Arkansas poultryWhen many think of Arkansas agriculture, they think of prolific staple row crops like corn, soybeans and rice. However, poultry is the agricultural heavyweight here.

By far Arkansas’s largest ag sector, poultry – including chickens, eggs and turkeys – accounts for 46.5 percent of Arkansas’s total ag cash receipts, adding an economic impact of more than $35 billion and supporting 120,000 jobs.

Broiler production, or raising chickens for meat, leads the industry with local growers producing 6.16 billion pounds annually, ranking the state No. 3 in the nation. In addition, Arkansas produces more than 3.2 billion eggs and 561 million pounds of turkey each year. This thriving industry is helping feed not only Arkansans, but also the nation and people around the world.

“You would have to add the cash receipts from all of the row crops to get the equivalent of poultry,” says Marvin Childers, president of the Poultry Federation of Arkansas, Missouri and Oklahoma.

Even as a grain crop giant, Arkansas can’t provide enough feed for its own birds – that’s how large the poultry industry is.

“In 2014, Arkansas produced about 105 million bushels of corn, and poultry needs about 155 million bushels just to feed chickens, turkeys and laying hens. We’re 50 million bushels short if we could use every bushel grown in Arkansas,” Childers says.

Arkansas poultry

Chief Operating Officer Wayne Freeman (left) and Live Production Manager Jim Jones (right) of Keith Smith Co. speak with one of their growers at his farm outside of Hot Springs.

A Boon For Arkansas

First emerging in the state in the late 1800s, Arkansas farmers took up poultry farming in the western part of the state, which has mountainous terrain and is not suitable for growing row crops that flourish in the rich soils and flat lands in the east.

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“You could almost divide the state in half, with the western half raising poultry and livestock and the eastern half growing row crops,” Childers says.

The industry really started taking off during the Great Depression – it was unaffected by the drought and dust storms driven by the Dust Bowl, which destroyed surrounding areas. During the Depression, Tyson Foods was founded in Springdale.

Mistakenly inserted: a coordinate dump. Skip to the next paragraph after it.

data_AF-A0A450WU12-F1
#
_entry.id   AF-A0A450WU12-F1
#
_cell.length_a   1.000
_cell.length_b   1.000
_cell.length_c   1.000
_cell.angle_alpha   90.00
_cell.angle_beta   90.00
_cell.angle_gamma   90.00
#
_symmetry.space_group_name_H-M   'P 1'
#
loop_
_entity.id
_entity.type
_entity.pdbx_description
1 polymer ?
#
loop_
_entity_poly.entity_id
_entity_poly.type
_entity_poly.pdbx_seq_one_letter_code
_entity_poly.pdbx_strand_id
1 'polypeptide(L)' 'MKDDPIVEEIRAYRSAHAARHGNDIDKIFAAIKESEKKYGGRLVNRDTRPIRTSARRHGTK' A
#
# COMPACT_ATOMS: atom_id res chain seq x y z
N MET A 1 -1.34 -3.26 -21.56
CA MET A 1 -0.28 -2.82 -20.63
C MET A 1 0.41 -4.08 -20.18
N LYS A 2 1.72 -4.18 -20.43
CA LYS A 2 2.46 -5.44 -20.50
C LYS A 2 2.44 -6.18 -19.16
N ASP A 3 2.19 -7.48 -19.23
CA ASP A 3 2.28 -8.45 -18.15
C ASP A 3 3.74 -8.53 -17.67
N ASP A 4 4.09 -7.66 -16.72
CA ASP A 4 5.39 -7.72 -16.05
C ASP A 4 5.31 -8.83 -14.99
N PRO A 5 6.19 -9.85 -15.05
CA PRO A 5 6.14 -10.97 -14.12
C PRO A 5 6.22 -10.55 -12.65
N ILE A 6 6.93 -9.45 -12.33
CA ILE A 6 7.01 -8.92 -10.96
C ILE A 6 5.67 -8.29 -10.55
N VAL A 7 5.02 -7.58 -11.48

Over the years, poultry became a boon for both Arkansas and the nation, with many poultry companies, such as Tyson Foods, Simmons Foods, George’s Inc., OK Foods, Butterball, Cargill and Keith Smith Co., setting up shop in the state. Today, Tyson is one of largest agribusinesses in the U.S., as well as one of the foremost leaders in poultry production.

Arkansas poultry is a success not only on the home front, but also overseas, and it’s steadily growing into a major international player.

In 2013, Arkansas’s third leading ag export was broiler meat, earning $646 million. As a growing world population demands more of this affordable protein, Arkansas’s producers are helping combat hunger in existing and new markets.

Arkansas poultry

Workers clean and sort freshly collected eggs at Keith Smith Co. in Hot Springs, which provides eggs to poultry producers across North America.

Expanding Markets

Family-owned poultry company Keith Smith Co. (KSC), based in Hot Springs, is quickly growing as a heavy hitter in the poultry export market. Established nearly 70 years ago, KSC is considered a national leader in supplying hatching eggs to broiler producers.

Broiler hatching eggs refer to fertilized eggs produced and sent to hatcheries to be raised as broilers. They are not sold in stores or eaten (eggs that are eaten and found in the grocery store are known as table eggs or shell eggs).

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Wayne Freeman, KSC’s chief operating officer who has been with the company for more than two decades, has seen the industry grow in leaps and bounds. Freeman supervises production, nutrition, customer service, dedicated contract services and transportation services.

Arkansas Poultry“We have seen Arkansas’s poultry industry grow a lot internationally,” Freeman says.

Each year, KSC produces the downstream equivalent of more than 300 million broiler chicks in the U.S. and nine international markets, including countries in Central America, as well as in Mexico, Canada, Jamaica and more. Recently, the company signed a contract to deliver to Belize.

“Right now, we sell around 60 percent of our broiler hatching eggs internationally,” says Freeman, noting 75 percent of the company’s export business goes to Mexico.

According to Jim Jones, KSC live production manager, the company’s export growth started booming around 2010 thanks to a focus on building partnerships and relations in Latin America.

“We really went after that market,” Jones says. “Prior, we had mainly exported to Canada and the Caribbean markets, but not much beyond that. We’ve really reached out and grown far beyond anything we’ve ever done before.”

KSC has twice received the Arkansas Governor’s Award for Excellence in Global Trade for their innovative work in export business.

In May 2016, KSC was awarded with the President’s “E” Award for Exports at a ceremony in Washington, D.C., presented by U.S. Secretary of Commerce Penny Pritzker. The award is the highest recognition a U.S. entity can receive for making significant contributions to expanding national exports.

To learn more about Arkansas’s poultry industry and growing exports sector, visit